Antiendotoxin Antibody Production of Mononuclear Cells in Multiply Injured Patients
In 1990 the definition of ‘translocation’ was expanded to include the passage of both viable and nonviable microbes and microbial products across an intact intestinal barrier . Damage to the intestinal barrier causes increased permeability, which is responsible for bacterial components (e.g., endotoxins) entering the circulation [2-4]. Endotoxin is accepted as a potent trigger of the mediator cascade which can cause systemic inflammatory response syndrome (SIRS) and multiple organ failure. Multiply injured patients suffer from temporary endotoxemia, which is most probably due to translocation of endotoxin through the intestinal barrier [5, 6]. Endotoxins are T cell-independent antigens and can stimulate B cells directly . Although there is an acquired immunological deficit after trauma , endotoxins are capable of stimulating the synthesis of antiendotoxin antibodies, increasing the amount of the specific IgM antibodies against endotoxins in the serum [5, 6]. However, the concentration of any substance in the blood is a result of production (synthesis or delivery into the blood) and consumption (degradation or removal from the blood). Therefore, this study examined the effect of temporary endotoxemia on peripheral mononuclear cells cultured after blood collection.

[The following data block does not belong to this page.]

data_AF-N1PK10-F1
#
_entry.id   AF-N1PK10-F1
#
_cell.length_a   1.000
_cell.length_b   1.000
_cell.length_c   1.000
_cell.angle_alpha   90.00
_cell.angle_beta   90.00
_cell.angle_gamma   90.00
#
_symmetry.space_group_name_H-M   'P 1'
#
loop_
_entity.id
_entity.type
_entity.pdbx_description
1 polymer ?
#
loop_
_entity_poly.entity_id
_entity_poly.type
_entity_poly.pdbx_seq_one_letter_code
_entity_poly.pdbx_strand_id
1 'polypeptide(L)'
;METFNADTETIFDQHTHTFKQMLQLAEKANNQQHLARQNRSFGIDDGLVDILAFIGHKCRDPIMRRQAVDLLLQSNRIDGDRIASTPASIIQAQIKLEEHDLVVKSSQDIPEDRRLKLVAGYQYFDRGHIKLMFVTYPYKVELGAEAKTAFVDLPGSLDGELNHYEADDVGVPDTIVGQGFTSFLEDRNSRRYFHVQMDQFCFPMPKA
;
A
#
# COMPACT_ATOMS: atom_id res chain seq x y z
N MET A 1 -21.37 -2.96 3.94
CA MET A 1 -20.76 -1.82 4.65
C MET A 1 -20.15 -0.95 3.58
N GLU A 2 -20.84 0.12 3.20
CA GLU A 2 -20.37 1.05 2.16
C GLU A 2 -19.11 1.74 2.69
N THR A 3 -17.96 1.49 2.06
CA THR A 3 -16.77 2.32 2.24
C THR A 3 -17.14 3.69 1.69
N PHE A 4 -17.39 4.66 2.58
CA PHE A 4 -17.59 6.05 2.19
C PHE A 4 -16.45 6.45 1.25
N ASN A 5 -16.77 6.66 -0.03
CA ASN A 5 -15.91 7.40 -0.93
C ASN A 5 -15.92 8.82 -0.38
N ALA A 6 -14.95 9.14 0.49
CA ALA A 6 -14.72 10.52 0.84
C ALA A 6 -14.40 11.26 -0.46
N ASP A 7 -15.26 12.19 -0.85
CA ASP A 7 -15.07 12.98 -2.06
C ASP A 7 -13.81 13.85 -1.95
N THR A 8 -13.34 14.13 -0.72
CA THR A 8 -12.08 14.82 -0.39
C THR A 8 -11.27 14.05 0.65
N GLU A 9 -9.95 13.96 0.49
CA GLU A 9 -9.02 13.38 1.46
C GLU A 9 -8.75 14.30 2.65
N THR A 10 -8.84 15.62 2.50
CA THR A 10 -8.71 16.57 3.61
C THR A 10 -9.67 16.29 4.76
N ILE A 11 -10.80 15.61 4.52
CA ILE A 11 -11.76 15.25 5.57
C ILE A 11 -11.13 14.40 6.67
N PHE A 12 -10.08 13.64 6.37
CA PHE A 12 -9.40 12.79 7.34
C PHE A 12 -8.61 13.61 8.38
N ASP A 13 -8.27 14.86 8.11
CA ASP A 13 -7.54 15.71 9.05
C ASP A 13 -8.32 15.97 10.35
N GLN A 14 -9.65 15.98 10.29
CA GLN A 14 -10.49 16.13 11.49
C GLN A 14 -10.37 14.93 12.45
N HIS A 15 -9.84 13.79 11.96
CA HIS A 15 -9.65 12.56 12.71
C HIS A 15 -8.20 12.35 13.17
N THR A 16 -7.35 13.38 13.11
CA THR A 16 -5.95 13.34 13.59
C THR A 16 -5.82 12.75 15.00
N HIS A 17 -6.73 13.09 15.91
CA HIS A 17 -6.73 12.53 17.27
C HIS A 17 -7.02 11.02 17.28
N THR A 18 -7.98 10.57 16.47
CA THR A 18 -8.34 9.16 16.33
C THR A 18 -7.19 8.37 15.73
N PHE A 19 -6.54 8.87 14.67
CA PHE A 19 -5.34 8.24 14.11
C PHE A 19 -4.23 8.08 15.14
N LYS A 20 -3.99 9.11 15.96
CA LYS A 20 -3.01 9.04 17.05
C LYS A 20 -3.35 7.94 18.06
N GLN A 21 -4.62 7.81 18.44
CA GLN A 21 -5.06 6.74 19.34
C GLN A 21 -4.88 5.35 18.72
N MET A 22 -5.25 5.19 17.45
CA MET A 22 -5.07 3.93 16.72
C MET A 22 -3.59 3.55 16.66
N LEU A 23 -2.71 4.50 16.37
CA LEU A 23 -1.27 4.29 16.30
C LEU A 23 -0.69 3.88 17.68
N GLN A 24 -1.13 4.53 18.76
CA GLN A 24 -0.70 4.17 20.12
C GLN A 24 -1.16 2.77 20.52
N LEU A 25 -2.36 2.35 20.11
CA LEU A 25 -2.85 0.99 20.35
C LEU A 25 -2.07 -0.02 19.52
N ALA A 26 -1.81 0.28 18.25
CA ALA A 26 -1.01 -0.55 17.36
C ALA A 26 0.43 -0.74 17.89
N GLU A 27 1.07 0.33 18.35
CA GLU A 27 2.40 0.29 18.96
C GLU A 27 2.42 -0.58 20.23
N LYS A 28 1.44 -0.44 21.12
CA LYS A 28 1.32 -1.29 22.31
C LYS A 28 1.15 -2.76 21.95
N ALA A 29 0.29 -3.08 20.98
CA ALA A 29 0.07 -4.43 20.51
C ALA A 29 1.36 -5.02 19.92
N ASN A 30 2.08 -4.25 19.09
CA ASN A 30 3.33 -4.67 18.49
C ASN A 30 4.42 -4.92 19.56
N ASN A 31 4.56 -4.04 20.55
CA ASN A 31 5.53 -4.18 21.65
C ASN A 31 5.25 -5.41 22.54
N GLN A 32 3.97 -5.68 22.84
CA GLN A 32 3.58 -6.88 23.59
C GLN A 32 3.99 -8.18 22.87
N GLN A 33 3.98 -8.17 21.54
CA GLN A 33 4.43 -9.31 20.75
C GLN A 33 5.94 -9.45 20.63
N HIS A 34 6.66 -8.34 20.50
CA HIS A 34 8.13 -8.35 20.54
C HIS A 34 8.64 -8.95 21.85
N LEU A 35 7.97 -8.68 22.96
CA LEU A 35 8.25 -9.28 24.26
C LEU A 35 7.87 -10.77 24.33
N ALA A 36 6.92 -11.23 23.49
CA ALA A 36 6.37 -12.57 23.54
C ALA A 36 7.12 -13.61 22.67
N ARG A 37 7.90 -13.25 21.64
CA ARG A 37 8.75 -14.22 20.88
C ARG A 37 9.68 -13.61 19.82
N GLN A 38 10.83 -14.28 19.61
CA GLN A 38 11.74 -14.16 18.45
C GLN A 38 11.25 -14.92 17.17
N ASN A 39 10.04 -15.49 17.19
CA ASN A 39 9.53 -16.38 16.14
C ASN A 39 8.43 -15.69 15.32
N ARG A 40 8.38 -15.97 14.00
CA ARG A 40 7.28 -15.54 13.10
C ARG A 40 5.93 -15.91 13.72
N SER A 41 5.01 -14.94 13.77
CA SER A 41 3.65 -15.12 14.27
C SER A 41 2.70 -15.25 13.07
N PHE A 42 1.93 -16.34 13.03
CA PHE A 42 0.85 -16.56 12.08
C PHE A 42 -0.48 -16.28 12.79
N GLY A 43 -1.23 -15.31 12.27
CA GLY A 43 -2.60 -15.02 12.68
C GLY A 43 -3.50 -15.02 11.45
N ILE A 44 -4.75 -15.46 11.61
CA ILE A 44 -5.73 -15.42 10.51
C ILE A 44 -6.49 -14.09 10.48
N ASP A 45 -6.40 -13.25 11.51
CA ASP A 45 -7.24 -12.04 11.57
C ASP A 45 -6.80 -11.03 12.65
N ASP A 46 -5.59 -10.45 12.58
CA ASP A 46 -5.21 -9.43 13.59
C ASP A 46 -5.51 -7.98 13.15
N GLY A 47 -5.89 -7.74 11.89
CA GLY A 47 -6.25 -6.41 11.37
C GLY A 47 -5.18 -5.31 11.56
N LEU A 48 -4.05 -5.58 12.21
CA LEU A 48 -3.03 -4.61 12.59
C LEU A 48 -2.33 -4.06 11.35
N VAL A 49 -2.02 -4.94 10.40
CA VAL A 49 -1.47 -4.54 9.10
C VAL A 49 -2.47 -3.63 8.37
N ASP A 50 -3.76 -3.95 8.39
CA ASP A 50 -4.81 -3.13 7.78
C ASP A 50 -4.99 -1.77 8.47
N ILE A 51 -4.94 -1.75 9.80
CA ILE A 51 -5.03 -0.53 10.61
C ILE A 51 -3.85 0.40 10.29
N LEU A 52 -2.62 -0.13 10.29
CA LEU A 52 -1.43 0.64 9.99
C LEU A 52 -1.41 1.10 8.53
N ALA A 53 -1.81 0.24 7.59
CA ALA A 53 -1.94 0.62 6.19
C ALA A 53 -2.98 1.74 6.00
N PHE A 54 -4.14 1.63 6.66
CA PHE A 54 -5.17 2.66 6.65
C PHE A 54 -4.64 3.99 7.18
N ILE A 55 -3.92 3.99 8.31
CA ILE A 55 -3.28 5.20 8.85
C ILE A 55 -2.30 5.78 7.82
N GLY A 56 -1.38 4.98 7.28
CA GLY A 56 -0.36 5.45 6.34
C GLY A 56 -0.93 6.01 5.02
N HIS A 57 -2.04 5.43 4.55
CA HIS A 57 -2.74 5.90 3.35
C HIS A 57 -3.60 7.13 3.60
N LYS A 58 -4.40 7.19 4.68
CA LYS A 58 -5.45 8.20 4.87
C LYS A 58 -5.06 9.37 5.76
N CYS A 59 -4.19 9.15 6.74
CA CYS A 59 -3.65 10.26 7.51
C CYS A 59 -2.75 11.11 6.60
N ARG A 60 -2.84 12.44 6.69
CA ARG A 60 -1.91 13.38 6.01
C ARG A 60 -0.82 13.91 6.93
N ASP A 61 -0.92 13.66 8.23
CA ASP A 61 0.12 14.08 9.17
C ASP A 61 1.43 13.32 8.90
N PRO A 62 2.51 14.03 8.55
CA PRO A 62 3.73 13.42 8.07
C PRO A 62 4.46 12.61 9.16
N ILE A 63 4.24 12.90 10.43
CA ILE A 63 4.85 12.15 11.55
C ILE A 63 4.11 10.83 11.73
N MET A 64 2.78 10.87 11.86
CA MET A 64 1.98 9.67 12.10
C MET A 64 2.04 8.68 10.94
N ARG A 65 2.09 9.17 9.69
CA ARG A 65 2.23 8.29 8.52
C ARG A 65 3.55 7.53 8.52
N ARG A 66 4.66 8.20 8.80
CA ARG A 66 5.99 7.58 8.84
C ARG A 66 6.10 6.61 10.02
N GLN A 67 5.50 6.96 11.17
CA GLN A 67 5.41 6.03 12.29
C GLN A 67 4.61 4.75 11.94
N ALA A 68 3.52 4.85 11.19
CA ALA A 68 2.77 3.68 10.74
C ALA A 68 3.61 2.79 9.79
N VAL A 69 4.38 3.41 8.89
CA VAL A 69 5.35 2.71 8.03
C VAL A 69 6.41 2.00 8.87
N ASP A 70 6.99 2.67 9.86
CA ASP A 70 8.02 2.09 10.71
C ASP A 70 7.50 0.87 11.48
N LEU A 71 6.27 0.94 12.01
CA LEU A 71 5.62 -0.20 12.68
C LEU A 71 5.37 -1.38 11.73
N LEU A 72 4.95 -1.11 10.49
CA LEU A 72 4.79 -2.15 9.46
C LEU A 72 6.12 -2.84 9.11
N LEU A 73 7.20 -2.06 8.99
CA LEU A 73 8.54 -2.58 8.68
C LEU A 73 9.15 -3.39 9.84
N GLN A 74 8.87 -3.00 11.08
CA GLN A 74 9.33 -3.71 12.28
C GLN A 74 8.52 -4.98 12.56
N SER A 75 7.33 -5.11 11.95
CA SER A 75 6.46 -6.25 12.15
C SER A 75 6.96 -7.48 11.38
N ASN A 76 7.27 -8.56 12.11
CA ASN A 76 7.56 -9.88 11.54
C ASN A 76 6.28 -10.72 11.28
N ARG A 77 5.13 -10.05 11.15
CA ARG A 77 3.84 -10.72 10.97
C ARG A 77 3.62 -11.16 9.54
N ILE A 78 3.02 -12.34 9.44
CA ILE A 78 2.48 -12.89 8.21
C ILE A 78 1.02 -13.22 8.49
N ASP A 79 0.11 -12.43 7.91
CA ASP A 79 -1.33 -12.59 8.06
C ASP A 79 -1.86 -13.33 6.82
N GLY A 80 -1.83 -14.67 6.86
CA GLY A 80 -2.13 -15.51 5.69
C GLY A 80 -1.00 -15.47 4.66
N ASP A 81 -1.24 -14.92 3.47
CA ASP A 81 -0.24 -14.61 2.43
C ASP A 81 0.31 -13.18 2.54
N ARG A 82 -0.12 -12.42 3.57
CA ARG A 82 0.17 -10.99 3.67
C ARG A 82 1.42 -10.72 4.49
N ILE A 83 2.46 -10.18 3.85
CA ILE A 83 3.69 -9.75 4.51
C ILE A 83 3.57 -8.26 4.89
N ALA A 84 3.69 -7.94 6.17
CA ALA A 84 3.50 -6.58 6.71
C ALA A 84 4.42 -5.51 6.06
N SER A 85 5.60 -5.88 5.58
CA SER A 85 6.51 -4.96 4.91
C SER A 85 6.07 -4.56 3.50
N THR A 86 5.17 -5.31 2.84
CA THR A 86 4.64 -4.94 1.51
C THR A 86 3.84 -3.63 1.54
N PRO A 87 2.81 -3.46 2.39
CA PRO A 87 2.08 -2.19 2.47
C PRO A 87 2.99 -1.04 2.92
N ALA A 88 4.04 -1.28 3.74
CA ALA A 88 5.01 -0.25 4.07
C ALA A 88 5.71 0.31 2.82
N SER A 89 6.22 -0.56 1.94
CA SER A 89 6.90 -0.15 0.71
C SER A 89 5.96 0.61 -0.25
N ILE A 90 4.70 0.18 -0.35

KeywordsSystemic Inflammatory Response Syndrome Intestinal Barrier Multiple Injury Vibrio Cholerae Peripheral Mononuclear Cell
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